Want to know how to co-parent after divorce? Here are the top 8 characteristics of good co-parenting.
Co-parenting is the art of both parents sharing responsibilities equally and making joint decisions in all matters pertaining to the care and raising of their children after a divorce.
Feelings of resentment and anger can still exist no matter how amicable a divorce may seem. This will make communication between the partners difficult.
If this is you, the first thing to realise is that until your children are fully grown and self-supported, you’re going to need to remain in regular contact with each other. So you might as well pack your anger away and put your heads together in coming up with a co-parenting strategy to make everyone’s lives as easy and conflict-free as possible.
How to develop a co-parenting strategy
Whatever co-parenting plan you develop, it needs to be focused on what is best for the children. It’s not about you. You’re going to be hearing this phrase over and over again, no matter where you look. Get used to it.
It’s easier to keep all emotions at bay when focusing only on the needs of your children. This allows you to think logically and calmly, thus reducing the level of conflict and improving communications with your ex. Only then will you both be able to sit down and develop a co-parenting strategy that will meet everyone’s needs.
A co-parenting plan roadmap should set out the following:
- Custody and visitation rights for each parent
- Finances (who pays for what)
- Arrangements for holiday and special family events (Christmas, Easter, birthdays, etc.)
- Medical needs or health concerns
- An agreement from both parents to work together and keep all conflict away from the children
A good place to start would be for both parents to abide by the terms set out in the agreement.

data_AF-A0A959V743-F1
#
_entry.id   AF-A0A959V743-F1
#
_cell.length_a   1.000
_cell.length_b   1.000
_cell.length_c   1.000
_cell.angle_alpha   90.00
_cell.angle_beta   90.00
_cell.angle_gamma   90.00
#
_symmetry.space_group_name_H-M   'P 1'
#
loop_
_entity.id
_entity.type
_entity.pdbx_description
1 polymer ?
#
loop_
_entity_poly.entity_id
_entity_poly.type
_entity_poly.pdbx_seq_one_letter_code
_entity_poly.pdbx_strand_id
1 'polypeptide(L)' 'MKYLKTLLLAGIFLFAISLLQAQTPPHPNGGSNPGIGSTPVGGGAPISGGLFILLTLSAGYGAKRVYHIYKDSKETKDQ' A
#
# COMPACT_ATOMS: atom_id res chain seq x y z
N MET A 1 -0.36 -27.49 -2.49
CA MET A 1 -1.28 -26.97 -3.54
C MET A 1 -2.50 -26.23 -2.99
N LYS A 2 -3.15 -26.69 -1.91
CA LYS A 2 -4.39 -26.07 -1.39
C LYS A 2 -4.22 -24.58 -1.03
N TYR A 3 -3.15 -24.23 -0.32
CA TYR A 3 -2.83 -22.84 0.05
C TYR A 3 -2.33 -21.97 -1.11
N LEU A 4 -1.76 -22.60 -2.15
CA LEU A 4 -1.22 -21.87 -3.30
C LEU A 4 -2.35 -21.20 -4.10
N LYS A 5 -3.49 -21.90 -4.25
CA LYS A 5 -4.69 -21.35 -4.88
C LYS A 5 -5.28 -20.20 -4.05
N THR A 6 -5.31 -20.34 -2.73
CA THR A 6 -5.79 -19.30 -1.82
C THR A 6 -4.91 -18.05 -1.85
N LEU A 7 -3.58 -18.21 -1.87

Parenting plans vs parenting orders
Divorcing parents most commonly have two basic parenting options:
- A parenting plan
- A parenting order
This is a voluntary agreement signed by both parents, setting out the details relating to the care and welfare of their children. It can include all issues agreed upon and does not have to be approved by the Family Court. It is obtained quickly and costs nothing. It is a fairly flexible agreement and can be changed by mutual agreement when circumstances change.
The parenting plan must be “in the best interests of the child”, which can take a bit of discussion to work out.
It is important to note that a parenting plan is not legally enforceable, if either parent does not follow it. Parenting plans are suited for parents who wish to keep costs to a minimum and maintain an amicable relationship after they have divorced.
A parenting order is a similar agreement, but does not include financial matters and has to be approved by the Family Court. It will cost you to file through the court and can take a little longer to be granted. The court will only make the orders if they consider that they are in the children’s best interests.
Parenting orders are not as flexible as parenting plans but may be amended by applying to the Family Court. Once again, the court must be satisfied that the amendments will be in the best interests of the children.